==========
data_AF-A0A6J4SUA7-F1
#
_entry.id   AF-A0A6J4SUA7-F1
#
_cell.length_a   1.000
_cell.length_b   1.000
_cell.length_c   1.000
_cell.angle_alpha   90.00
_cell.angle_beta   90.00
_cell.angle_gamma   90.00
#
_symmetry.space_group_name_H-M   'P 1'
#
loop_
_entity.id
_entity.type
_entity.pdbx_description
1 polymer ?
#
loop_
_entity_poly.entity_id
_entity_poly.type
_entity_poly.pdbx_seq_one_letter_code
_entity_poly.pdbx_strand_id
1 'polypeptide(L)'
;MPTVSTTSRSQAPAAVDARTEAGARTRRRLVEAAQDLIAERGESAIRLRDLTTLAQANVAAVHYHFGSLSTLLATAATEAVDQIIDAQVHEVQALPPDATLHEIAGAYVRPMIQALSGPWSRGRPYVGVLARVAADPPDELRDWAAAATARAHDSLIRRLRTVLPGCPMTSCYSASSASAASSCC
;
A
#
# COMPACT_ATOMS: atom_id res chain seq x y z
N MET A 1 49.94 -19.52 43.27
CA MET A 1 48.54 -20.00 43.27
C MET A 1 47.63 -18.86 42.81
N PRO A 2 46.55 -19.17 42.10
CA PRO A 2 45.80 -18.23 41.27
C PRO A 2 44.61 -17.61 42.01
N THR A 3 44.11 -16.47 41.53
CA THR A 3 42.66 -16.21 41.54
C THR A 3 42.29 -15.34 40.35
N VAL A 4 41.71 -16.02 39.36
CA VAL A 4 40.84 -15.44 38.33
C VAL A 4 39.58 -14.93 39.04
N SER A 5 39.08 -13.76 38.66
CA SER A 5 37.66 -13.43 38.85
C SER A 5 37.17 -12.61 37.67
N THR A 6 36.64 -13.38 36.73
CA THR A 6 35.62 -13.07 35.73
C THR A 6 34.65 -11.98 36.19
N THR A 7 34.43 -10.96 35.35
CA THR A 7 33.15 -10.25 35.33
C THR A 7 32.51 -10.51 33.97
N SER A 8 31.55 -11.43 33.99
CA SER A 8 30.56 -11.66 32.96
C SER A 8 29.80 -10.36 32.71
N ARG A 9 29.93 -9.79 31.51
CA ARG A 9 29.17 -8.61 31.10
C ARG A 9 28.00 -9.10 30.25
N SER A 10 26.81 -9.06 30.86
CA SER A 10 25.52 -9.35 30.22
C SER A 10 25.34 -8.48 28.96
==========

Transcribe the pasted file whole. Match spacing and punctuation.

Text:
data_AF-A0A6J4SUA7-F1
#
_entry.id   AF-A0A6J4SUA7-F1
#
_cell.length_a   1.000
_cell.length_b   1.000
_cell.length_c   1.000
_cell.angle_alpha   90.00
_cell.angle_beta   90.00
_cell.angle_gamma   90.00
#
_symmetry.space_group_name_H-M   'P 1'
#
loop_
_entity.id
_entity.type
_entity.pdbx_description
1 polymer ?
#
loop_
_entity_poly.entity_id
_entity_poly.type
_entity_poly.pdbx_seq_one_letter_code
_entity_poly.pdbx_strand_id
1 'polypeptide(L)'
;MPTVSTTSRSQAPAAVDARTEAGARTRRRLVEAAQDLIAERGESAIRLRDLTTLAQANVAAVHYHFGSLSTLLATAATEAVDQIIDAQVHEVQALPPDATLHEIAGAYVRPMIQALSGPWSRGRPYVGVLARVAADPPDELRDWAAAATARAHDSLIRRLRTVLPGCPMTSCYSASSASAASSCC
;
A
#
# COMPACT_ATOMS: atom_id res chain seq x y z
N MET A 1 49.94 -19.52 43.27
CA MET A 1 48.54 -20.00 43.27
C MET A 1 47.63 -18.86 42.81
N PRO A 2 46.55 -19.17 42.10
CA PRO A 2 45.80 -18.23 41.27
C PRO A 2 44.61 -17.61 42.01
N THR A 3 44.11 -16.47 41.53
CA THR A 3 42.66 -16.21 41.54
C THR A 3 42.29 -15.34 40.35
N VAL A 4 41.71 -16.02 39.36
CA VAL A 4 40.84 -15.44 38.33
C VAL A 4 39.58 -14.93 39.04
N SER A 5 39.08 -13.76 38.66
CA SER A 5 37.66 -13.43 38.85
C SER A 5 37.17 -12.61 37.67
N THR A 6 36.64 -13.38 36.73
CA THR A 6 35.62 -13.07 35.73
C THR A 6 34.65 -11.98 36.19
N THR A 7 34.43 -10.96 35.35
CA THR A 7 33.15 -10.25 35.33
C THR A 7 32.51 -10.51 33.97
N SER A 8 31.55 -11.43 33.99
CA SER A 8 30.56 -11.66 32.96
C SER A 8 29.80 -10.36 32.71
N ARG A 9 29.93 -9.79 31.51
CA ARG A 9 29.17 -8.61 31.10
C ARG A 9 28.00 -9.10 30.25
N SER A 10 26.81 -9.06 30.86
CA SER A 10 25.52 -9.35 30.22
C SER A 10 25.34 -8.48 28.96